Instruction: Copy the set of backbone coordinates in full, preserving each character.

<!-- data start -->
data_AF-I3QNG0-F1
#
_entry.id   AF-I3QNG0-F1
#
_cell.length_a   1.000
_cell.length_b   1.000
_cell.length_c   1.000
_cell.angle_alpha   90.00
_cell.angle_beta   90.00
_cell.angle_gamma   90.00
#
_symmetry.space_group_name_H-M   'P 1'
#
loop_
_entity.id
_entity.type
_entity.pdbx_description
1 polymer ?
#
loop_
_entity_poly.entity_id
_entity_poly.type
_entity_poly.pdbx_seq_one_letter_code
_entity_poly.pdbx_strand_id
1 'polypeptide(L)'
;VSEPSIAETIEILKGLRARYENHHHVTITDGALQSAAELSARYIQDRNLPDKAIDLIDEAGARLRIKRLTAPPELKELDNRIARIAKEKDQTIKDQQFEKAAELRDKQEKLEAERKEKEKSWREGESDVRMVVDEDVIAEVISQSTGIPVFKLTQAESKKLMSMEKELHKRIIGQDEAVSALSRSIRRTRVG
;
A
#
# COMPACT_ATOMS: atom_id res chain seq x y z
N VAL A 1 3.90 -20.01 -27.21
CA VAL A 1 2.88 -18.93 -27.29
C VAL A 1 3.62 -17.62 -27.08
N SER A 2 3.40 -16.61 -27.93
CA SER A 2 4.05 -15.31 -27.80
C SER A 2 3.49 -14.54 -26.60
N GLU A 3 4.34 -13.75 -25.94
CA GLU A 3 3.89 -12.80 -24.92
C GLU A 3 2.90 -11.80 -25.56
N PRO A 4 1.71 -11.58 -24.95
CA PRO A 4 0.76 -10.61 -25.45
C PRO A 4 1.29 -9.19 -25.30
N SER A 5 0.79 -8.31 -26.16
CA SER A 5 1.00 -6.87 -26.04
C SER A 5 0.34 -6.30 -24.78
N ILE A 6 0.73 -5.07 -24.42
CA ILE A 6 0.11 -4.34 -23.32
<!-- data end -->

data_AF-I3QNG0-F1
#
_entry.id   AF-I3QNG0-F1
#
_cell.length_a   1.000
_cell.length_b   1.000
_cell.length_c   1.000
_cell.angle_alpha   90.00
_cell.angle_beta   90.00
_cell.angle_gamma   90.00
#
_symmetry.space_group_name_H-M   'P 1'
#
loop_
_entity.id
_entity.type
_entity.pdbx_description
1 polymer ?
#
loop_
_entity_poly.entity_id
_entity_poly.type
_entity_poly.pdbx_seq_one_letter_code
_entity_poly.pdbx_strand_id
1 'polypeptide(L)'
;VSEPSIAETIEILKGLRARYENHHHVTITDGALQSAAELSARYIQDRNLPDKAIDLIDEAGARLRIKRLTAPPELKELDNRIARIAKEKDQTIKDQQFEKAAELRDKQEKLEAERKEKEKSWREGESDVRMVVDEDVIAEVISQSTGIPVFKLTQAESKKLMSMEKELHKRIIGQDEAVSALSRSIRRTRVG
;
A
#
# COMPACT_ATOMS: atom_id res chain seq x y z
N VAL A 1 3.90 -20.01 -27.21
CA VAL A 1 2.88 -18.93 -27.29
C VAL A 1 3.62 -17.62 -27.08
N SER A 2 3.40 -16.61 -27.93
CA SER A 2 4.05 -15.31 -27.80
C SER A 2 3.49 -14.54 -26.60
N GLU A 3 4.34 -13.75 -25.94
CA GLU A 3 3.89 -12.80 -24.92
C GLU A 3 2.90 -11.80 -25.56
N PRO A 4 1.71 -11.58 -24.95
CA PRO A 4 0.76 -10.61 -25.45
C PRO A 4 1.29 -9.19 -25.30
N SER A 5 0.79 -8.31 -26.16
CA SER A 5 1.00 -6.87 -26.04
C SER A 5 0.34 -6.30 -24.78
N ILE A 6 0.73 -5.07 -24.42
CA ILE A 6 0.11 -4.34 -23.32